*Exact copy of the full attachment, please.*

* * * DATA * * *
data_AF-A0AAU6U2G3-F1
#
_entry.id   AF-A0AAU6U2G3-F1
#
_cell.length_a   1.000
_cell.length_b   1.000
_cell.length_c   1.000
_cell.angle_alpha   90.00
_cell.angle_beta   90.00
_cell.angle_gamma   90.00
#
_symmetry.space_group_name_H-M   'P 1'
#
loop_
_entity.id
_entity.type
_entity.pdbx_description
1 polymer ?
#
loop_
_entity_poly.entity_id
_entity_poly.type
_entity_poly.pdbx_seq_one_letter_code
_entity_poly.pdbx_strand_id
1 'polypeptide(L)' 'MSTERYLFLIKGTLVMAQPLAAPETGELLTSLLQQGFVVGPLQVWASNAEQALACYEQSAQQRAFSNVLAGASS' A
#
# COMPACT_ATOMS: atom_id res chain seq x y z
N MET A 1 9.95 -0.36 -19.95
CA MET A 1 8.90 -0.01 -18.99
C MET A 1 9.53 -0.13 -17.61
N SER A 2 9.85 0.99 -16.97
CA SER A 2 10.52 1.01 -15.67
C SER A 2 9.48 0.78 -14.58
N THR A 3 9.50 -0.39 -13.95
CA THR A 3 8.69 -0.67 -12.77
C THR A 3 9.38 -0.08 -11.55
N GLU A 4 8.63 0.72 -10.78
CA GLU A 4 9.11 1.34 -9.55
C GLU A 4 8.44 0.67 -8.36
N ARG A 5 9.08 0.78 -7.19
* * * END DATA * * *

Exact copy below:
data_AF-A0AAU6U2G3-F1
#
_entry.id   AF-A0AAU6U2G3-F1
#
_cell.length_a   1.000
_cell.length_b   1.000
_cell.length_c   1.000
_cell.angle_alpha   90.00
_cell.angle_beta   90.00
_cell.angle_gamma   90.00
#
_symmetry.space_group_name_H-M   'P 1'
#
loop_
_entity.id
_entity.type
_entity.pdbx_description
1 polymer ?
#
loop_
_entity_poly.entity_id
_entity_poly.type
_entity_poly.pdbx_seq_one_letter_code
_entity_poly.pdbx_strand_id
1 'polypeptide(L)' 'MSTERYLFLIKGTLVMAQPLAAPETGELLTSLLQQGFVVGPLQVWASNAEQALACYEQSAQQRAFSNVLAGASS' A
#
# COMPACT_ATOMS: atom_id res chain seq x y z
N MET A 1 9.95 -0.36 -19.95
CA MET A 1 8.90 -0.01 -18.99
C MET A 1 9.53 -0.13 -17.61
N SER A 2 9.85 0.99 -16.97
CA SER A 2 10.52 1.01 -15.67
C SER A 2 9.48 0.78 -14.58
N THR A 3 9.50 -0.39 -13.95
CA THR A 3 8.69 -0.67 -12.77
C THR A 3 9.38 -0.08 -11.55
N GLU A 4 8.63 0.72 -10.78
CA GLU A 4 9.11 1.34 -9.55
C GLU A 4 8.44 0.67 -8.36
N ARG A 5 9.08 0.78 -7.19